A section of Scotland’s longest road has become an unlikely hive for wildlife to flourish, a new report has revealed.

A new report studying nature recovery in Scotland, carried out by the Woodland Trust has shown that the central reservation of the A9 road has become a beacon for rewilding.

The Woodland Trust is launching their report at the Scottish Parliament today, with the paper aiming to show how wood and tees can drive nature recover to the benefit of the nation's population.

Other proposals in the 35-page paper titled ‘Trees and Woods: At the Heart of Nature Recovery in Scotland’ include a call for deer and grouse estates to switch to more nature-positive models.

However, the biggest standout is the unusual highlight of tree regeneration on the A9 central reservation since the section of the road was dualled in 1979. The stretch of road running for around six miles South of Dalnaspidal is almost exactly at the geographical centre of Scotland, and nature experts hope it can be the heart of nature’s recovery.

Images from the early 1990s show little growing on the central reservation but today many sections are thick with naturally regenerating trees including willow, birch, pine and rowan.

The Herald:

There are also trees growing between the road and the railway line. All likely seeded in from a few fragments of woodland clinging on in steep gullies, experts say.

They have been able to establish on this strip because the busy carriageways keep deer out and the central reservation is not subject to muirburn.

Woodland Trust Scotland Director Alastair Seaman said: “There is a strip of vigorous natural regeneration in the middle of the A9 South of Dalwhinnie.

“By stark contrast, the surrounding hills are almost entirely bare. Let's be clear, we are not saying build more roads to grow trees on, but that central reservation is a rebuke to the state of the surrounding hills along much of the A9.

“It illustrates the potential ready to be unleashed across the landscape when the burning and overgrazing stops.” 


The unlikely flourish of nature next to the busy road has been labelled as the A9 Paradox.

The paper also highlights an evidence-based standard that has been adopted by cities across Europe known as the 3-30-300 rule. It aims to recognise the importance of nature in urban areas and the benefits it brings.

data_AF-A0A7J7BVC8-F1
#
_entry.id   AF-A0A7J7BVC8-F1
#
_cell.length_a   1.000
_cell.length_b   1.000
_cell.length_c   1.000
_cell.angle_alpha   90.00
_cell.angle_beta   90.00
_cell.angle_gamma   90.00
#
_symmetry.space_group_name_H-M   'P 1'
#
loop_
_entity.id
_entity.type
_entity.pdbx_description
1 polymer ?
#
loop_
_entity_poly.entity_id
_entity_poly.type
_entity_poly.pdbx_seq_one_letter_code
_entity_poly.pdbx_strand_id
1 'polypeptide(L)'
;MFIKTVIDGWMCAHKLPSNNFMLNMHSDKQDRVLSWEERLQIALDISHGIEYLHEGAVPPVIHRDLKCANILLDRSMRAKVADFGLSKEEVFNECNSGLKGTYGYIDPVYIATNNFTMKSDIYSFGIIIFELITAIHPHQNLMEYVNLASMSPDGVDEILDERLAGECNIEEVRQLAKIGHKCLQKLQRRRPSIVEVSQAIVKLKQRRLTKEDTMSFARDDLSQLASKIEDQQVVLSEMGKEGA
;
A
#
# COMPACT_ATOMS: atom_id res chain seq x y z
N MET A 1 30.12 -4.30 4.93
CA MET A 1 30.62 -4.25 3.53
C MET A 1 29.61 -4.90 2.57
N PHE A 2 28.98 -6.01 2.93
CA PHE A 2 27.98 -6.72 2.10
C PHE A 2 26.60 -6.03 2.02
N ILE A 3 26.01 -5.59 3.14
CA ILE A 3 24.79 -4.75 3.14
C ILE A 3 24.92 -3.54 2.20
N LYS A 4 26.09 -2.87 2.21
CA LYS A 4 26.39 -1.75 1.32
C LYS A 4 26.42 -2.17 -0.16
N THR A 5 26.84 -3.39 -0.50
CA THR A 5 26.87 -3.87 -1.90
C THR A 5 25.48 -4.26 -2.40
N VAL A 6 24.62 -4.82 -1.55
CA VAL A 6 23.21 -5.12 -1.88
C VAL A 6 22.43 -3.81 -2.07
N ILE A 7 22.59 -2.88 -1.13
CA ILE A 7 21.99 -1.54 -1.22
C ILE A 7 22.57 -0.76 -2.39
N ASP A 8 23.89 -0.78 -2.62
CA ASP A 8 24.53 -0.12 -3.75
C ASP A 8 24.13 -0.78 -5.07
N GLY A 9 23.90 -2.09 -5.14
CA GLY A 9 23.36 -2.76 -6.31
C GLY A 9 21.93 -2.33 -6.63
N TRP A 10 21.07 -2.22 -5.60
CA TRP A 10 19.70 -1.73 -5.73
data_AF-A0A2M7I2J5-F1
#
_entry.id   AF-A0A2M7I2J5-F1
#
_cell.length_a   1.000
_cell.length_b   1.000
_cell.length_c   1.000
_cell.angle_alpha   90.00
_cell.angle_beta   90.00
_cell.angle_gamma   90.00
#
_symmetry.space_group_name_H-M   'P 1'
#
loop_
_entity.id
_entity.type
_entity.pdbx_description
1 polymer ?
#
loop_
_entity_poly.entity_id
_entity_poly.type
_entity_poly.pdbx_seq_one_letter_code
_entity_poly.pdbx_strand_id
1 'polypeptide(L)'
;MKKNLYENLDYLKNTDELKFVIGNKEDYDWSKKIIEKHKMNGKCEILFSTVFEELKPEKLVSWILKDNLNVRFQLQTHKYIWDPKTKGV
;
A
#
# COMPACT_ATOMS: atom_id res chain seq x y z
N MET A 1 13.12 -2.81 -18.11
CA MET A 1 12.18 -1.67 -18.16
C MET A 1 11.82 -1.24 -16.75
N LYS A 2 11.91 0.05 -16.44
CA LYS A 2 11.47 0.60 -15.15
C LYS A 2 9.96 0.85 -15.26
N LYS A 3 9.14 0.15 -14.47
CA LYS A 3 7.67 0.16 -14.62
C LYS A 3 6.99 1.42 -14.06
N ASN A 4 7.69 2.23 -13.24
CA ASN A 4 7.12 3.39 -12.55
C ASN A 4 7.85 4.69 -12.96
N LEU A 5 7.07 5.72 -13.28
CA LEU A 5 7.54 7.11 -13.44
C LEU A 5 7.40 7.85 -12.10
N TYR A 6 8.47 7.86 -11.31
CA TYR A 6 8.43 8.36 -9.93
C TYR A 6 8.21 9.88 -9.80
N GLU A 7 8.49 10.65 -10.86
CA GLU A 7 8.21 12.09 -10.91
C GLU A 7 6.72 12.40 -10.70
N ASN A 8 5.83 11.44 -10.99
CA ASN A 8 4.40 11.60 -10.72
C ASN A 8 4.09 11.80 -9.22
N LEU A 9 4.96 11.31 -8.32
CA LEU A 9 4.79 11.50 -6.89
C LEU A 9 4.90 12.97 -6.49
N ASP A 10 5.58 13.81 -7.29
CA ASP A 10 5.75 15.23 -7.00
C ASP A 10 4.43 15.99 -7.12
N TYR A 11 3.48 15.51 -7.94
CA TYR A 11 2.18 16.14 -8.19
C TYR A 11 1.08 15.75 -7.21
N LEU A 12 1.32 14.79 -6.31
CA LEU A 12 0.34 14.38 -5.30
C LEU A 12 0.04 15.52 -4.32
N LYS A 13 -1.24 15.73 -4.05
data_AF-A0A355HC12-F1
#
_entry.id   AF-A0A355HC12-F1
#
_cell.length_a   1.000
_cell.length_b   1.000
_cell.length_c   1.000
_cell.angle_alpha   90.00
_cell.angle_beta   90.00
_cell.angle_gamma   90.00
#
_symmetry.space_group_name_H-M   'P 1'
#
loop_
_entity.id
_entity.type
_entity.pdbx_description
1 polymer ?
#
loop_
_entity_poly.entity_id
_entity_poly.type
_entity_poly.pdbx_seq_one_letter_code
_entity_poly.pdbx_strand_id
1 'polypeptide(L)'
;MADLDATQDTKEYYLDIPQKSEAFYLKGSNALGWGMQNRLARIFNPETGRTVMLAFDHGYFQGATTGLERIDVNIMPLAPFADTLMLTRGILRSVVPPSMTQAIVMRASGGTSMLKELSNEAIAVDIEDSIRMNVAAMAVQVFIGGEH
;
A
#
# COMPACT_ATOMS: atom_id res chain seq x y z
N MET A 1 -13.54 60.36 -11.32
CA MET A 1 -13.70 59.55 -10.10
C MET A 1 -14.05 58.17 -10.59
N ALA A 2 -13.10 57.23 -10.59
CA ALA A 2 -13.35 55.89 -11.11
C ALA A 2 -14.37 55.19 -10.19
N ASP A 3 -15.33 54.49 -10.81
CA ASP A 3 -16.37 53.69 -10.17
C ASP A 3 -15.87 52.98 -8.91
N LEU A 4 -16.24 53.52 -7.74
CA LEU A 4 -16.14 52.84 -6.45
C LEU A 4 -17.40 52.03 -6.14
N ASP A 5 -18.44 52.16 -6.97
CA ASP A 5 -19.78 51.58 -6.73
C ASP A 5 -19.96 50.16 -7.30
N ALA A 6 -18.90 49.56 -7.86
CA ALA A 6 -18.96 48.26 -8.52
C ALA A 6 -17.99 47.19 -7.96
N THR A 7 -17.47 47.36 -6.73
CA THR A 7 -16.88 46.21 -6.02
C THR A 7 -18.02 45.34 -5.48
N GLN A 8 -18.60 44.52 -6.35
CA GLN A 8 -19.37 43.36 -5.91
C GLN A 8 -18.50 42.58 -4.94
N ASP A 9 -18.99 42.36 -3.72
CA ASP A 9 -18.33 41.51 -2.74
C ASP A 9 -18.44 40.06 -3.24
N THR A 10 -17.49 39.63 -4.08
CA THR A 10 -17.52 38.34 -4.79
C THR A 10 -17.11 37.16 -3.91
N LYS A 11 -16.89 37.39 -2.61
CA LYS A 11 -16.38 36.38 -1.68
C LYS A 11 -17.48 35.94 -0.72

The rule means every citizen should be able to see at least three mature trees from where they live and work, there should be a minimum of 30% tree canopy cover in every neighbourhood, and no one should be more than 300m from their nearest park or greenspace where they can experience nature.

The paper has set out a list of ‘practical and achievable actions’ needed to ensure that thriving native woods and trees contribute to Scotland’s nature recovery.  

The Herald:

The requirements are to:  

  • Reduce deer numbers and maintain populations at sustainable numbers that will allow our woodlands (and many other habitats) to recover and extend naturally. 
  •  Incentivise farmers to integrate native trees, woodlands and hedges into farming systems through the new farm payment systems that are currently being developed. 
  •  Develop new options under the Forestry Grant Scheme to incentivise the creation of river woods, urban woodland and mountain woodland, and new native woodlands that will extend and link our most important ancient woodland fragments.  
  • Establish a Rainforest Restoration Fund to restore this globally significant habitat by addressing key threats including Rhododendron ponticum, overgrazing and fragmentation. 
  •  Strengthen biosecurity measures to reduce the risk of importing new pests and diseases that threaten the future health and quality of our native trees and woods. 

Alastair Seaman added: “Nature is in trouble in Scotland. We are one of the most nature-depleted countries on Earth with one in nine of our species threatened with extinction. The Scottish Government has a goal to address this crisis by halting further biodiversity loss by 2030 and reversing it with large-scale restoration by 2045. Native woods and trees are vital to making that happen.

“This report outlines the significant role that native woods and trees must have in Scotland’s nature recovery and makes practical recommendations for the Scottish Government, Local authorities and landowners. Everyone benefits when our woods and wider landscapes are thriving for people and brimming with wildlife, and this report should inspire us all to act for vital nature recovery.”